Notes from the Work session:
Sunny day in the garden ended abruptly as most of the volunteers were keen to seek cover from the hail stones. Santiago, Dan, Hannah, Michael, Fiona, Dascha and Ro.
Welcome to Fiona coming for the first time :)
What we worked through...
Sea Lavender was planted on the eastern entrance to the garden.
Leeks were planted but where?
The long planter construction was finished and put
in position beside the wall in the deepest corner of willowbank. It was
filled with soil but was it lined to protect the wood? Is this something
we wish to do?
It was covered later in the evening with empty soil sacks. Please Willowbank Gardeners... we must protect the soil from the cats shitting in the raised beds, more tempting to them when they lie empty... so we must try to cover them with netting/wire.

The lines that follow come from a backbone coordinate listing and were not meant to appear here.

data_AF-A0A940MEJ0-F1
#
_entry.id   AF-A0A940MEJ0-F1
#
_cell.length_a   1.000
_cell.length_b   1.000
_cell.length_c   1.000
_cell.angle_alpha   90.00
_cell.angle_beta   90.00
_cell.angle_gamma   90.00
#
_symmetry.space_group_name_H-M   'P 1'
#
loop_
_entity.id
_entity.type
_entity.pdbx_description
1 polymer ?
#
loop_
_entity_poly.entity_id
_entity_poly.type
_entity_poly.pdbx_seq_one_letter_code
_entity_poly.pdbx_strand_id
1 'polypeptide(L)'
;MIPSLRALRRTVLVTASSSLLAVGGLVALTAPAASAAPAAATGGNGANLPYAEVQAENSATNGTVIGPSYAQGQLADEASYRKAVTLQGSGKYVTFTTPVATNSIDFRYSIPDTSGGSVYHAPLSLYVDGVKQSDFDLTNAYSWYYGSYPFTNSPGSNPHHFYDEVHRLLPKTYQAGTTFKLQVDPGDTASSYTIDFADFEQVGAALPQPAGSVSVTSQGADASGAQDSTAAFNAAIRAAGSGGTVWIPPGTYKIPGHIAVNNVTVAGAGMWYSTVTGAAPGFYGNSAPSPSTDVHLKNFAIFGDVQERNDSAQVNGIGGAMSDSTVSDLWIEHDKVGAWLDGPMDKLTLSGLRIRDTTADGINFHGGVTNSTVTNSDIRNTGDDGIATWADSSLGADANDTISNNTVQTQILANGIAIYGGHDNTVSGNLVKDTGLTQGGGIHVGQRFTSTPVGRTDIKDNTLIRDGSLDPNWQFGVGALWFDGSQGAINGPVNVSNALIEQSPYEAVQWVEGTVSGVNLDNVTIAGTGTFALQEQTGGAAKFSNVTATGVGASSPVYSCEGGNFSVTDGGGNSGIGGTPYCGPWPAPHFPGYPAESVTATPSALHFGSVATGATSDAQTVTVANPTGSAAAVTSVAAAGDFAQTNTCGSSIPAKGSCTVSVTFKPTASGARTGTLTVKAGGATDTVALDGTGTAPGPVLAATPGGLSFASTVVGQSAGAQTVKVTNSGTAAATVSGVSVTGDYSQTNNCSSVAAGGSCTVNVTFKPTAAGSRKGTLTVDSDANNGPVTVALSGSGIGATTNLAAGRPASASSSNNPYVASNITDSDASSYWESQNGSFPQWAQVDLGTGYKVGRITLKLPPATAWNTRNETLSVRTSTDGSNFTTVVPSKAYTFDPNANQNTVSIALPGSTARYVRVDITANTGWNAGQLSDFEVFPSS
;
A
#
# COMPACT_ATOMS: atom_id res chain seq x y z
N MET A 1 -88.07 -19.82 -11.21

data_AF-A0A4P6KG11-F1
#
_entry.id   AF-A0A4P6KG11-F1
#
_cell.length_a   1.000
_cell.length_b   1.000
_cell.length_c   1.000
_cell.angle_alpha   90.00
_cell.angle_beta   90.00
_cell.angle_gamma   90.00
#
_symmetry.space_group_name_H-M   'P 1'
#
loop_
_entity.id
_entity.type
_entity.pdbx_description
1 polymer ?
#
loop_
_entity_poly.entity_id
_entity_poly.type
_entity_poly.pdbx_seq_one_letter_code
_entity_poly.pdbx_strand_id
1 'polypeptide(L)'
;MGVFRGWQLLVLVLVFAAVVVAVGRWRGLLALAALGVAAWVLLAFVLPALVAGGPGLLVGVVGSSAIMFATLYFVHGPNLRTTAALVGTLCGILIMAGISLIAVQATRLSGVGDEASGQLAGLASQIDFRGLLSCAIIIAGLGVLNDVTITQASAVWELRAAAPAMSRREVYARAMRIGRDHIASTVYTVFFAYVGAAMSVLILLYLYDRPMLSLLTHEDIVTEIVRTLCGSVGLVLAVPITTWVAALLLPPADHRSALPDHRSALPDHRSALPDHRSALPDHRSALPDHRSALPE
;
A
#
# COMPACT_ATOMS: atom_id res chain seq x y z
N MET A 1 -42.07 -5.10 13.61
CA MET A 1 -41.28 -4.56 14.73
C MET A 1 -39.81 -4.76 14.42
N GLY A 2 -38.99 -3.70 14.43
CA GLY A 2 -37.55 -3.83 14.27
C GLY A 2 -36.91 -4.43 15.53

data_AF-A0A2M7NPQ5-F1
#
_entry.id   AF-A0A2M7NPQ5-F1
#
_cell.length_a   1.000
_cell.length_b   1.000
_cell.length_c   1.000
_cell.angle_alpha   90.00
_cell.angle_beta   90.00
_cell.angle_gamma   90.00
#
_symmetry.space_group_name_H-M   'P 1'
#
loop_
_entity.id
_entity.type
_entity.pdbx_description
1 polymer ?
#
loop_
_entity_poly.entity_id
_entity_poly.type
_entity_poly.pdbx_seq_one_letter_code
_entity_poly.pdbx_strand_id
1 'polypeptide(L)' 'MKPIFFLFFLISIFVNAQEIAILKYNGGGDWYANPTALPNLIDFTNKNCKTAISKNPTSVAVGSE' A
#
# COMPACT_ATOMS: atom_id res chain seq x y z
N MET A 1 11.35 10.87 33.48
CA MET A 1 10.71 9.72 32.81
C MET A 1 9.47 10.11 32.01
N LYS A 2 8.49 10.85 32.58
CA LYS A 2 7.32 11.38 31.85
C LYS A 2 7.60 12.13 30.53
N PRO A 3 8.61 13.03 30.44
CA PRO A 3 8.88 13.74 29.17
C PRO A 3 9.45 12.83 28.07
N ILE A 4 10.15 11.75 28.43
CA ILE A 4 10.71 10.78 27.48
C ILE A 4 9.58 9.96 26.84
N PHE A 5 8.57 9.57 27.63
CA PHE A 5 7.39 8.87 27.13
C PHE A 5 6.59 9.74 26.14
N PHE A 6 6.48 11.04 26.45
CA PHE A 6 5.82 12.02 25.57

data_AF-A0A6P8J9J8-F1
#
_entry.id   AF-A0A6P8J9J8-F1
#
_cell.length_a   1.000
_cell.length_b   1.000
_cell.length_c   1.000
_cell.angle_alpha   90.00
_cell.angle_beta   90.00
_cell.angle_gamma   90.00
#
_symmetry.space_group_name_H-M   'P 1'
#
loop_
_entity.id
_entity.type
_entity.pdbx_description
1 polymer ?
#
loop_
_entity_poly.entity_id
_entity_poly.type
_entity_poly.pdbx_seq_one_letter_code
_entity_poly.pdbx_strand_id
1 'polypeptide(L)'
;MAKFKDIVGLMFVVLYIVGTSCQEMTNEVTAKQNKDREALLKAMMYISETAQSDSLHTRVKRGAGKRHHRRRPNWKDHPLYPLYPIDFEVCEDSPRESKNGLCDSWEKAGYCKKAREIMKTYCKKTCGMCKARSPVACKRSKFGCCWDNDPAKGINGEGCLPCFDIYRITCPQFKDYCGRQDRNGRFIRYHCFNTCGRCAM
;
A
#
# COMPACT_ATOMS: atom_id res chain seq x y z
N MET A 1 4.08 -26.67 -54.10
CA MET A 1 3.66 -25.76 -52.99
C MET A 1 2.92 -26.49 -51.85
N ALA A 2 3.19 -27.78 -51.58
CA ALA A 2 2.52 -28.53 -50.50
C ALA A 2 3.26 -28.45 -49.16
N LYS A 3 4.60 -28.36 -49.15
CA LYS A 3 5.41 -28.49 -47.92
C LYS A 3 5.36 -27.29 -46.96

Three of us went door chapping in the neighbourhood to invite folks to the open day on 9th November. Really positive feedback and great to get to know the local faces more!
The last old herb bed which housed the fennel and parsely was dug over and covered with wire. This parsley now in the main parsley patch and the fennel in two big pots against the wall on the concrete. This will need replanted into something deeper soon. The quality of the soil of the two dark wood raised beds is very poor so we need to sort this out before we plant them up again. Chicken shit will be come!